NF-KB Activation Promotes Alphavirus Replication In Mature Neurons
J VIROL. 2019.
Yeh JX, Park E, Schultz KLW and Griffin DE
J Virol. 2019 Nov 26;93(24). pii: e01071-19. doi: 10.1128/JVI.01071-19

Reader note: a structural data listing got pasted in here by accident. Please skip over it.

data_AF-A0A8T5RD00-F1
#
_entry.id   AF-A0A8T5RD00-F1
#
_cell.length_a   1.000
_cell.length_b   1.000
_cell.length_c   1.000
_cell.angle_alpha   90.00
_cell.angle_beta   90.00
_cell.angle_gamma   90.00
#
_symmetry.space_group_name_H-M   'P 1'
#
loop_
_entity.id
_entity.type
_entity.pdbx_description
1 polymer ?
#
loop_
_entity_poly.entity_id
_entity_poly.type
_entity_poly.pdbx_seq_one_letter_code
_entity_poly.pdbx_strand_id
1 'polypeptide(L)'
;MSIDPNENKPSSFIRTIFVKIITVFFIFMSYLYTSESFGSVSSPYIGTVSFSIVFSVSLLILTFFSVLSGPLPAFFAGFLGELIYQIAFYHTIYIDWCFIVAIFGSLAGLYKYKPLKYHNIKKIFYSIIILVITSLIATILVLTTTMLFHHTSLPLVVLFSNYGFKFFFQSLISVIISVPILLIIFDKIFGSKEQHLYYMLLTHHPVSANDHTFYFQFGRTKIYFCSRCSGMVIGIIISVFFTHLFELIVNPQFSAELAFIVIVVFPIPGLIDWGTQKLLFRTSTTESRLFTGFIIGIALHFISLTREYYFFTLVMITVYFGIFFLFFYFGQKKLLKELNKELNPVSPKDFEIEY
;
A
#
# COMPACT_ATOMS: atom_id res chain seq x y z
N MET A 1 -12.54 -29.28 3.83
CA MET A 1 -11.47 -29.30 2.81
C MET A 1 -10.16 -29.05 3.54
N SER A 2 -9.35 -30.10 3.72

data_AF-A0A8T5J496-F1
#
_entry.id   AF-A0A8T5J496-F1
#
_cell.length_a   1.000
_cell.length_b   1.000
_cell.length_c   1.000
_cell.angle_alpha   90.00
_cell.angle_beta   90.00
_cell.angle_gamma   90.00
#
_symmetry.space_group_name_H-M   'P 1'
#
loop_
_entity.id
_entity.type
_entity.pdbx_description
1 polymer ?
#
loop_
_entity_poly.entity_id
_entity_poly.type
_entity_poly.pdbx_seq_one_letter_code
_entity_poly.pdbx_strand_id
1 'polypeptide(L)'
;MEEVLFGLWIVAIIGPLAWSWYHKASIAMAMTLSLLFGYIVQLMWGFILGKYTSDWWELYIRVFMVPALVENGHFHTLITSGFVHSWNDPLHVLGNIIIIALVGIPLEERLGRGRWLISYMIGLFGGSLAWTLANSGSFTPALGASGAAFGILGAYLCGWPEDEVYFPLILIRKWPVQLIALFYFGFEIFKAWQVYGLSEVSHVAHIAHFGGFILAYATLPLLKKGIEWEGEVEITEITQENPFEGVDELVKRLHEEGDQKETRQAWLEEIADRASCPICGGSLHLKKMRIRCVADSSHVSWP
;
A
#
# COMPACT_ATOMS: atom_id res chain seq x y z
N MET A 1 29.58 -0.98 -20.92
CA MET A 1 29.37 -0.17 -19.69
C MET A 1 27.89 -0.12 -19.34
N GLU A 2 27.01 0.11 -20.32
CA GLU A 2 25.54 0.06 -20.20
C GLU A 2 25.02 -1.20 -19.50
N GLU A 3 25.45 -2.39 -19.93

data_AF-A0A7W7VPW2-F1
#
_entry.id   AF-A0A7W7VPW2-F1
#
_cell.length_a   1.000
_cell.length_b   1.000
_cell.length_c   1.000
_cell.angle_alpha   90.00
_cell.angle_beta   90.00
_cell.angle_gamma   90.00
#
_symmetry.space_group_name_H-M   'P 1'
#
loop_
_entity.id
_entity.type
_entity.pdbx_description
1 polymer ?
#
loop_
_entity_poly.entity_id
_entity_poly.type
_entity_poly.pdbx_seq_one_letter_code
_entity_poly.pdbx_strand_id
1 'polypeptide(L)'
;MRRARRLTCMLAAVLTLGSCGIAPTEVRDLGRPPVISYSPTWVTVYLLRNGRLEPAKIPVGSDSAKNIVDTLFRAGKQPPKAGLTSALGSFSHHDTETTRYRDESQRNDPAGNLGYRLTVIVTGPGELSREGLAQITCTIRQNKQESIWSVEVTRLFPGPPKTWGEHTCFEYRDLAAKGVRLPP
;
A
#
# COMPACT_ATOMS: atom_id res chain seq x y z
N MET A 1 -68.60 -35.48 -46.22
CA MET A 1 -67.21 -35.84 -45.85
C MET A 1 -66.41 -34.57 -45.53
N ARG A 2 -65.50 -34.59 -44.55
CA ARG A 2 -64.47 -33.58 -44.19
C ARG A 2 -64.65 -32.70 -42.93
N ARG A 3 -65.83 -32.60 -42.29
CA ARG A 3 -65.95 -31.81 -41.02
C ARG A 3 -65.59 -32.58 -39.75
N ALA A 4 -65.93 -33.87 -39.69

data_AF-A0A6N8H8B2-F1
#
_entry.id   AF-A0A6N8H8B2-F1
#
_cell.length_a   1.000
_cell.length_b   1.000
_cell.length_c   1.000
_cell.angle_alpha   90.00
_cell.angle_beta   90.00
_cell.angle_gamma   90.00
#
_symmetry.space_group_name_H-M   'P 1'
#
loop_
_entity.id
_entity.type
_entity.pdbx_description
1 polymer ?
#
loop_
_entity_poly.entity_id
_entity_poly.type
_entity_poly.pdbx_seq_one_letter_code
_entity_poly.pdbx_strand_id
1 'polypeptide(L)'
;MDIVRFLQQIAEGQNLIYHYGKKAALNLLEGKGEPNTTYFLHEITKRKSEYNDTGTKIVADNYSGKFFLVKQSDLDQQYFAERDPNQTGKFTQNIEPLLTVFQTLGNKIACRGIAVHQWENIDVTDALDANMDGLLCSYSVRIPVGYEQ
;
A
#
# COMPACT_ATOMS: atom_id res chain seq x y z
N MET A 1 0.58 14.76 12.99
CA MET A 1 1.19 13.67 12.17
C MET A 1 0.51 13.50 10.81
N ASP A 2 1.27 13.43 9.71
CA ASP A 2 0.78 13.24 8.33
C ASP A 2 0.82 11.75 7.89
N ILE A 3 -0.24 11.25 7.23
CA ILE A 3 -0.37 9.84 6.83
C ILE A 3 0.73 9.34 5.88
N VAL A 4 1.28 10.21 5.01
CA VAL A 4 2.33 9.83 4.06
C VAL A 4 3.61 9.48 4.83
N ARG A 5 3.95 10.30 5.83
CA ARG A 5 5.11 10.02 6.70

Alphaviruses are enveloped, positive-sense RNA viruses that are important causes of viral encephalomyelitis. Sindbis virus (SINV) infects the neurons of rodents and is a model for studying factors that regulate infection of neuronal cells. The outcome of alphavirus infection of the central nervous system is dependent on neuronal maturation status. Differentiated mature neurons survive and control viral replication better than undifferentiated immature neurons. The cellular factors involved in age-dependent susceptibility include higher levels of antiapoptotic and innate immune factors in mature neurons. Because NF-κB pathway activation is required for the initiation of both apoptosis and the host antiviral response, we analyzed the role of NF-κB during SINV infection of differentiated and undifferentiated rat neuronal cells. SINV infection induced canonical NF-κB activation, as evidenced by the degradation of IκBα and the phosphorylation and nuclear translocation of p65. Inhibition or deletion of the upstream IκB kinase substantially reduced SINV replication in differentiated but not in undifferentiated neuronal cells or mouse embryo fibroblasts. NF-κB inhibition did not affect the establishment of infection, replication complex formation, the synthesis of nonstructural proteins, or viral RNA synthesis in differentiated neurons. However, the translation of structural proteins was impaired, phosphorylation of the α subunit of eukaryotic translation initiation factor 2 (eIF2α) was decreased, and host protein synthesis was maintained, suggesting that NF-κB activation was involved in the regulation of translation during infection of mature neurons. Inhibition or deletion of double-stranded RNA-activated protein kinase (PKR) also decreased eIF2α phosphorylation, the translation of viral structural proteins, and virus production. Therefore, canonical NF-κB activation synergizes with PKR to promote SINV replication in differentiated neurons by facilitating viral structural protein translation.IMPORTANCE Mosquito-borne alphaviruses are a significant and growing cause of viral encephalomyelitis worldwide. The outcome of alphaviral neuronal infections is host age dependent and greatly affected by neuronal maturation status, with differentiated, mature neurons being more resistant to infection than undifferentiated, immature neurons. The biological factors that change during neuronal maturation and that influence the outcome of viral infection are currently only partially defined. These studies investigated the role of NF-κB in determining the outcome of alphaviral infection in mature and immature neurons. Inhibition of canonical NF-κB activation decreased alphavirus replication in mature neurons by regulating protein synthesis and limiting the production of the viral structural proteins but had little effect on viral replication in immature neurons or fibroblasts. Therefore, NF-κB is a signaling pathway that influences the maturation-dependent outcome of alphaviral infection in neurons and that highlights the importance of cellular context in determining the effects of signal pathway activation.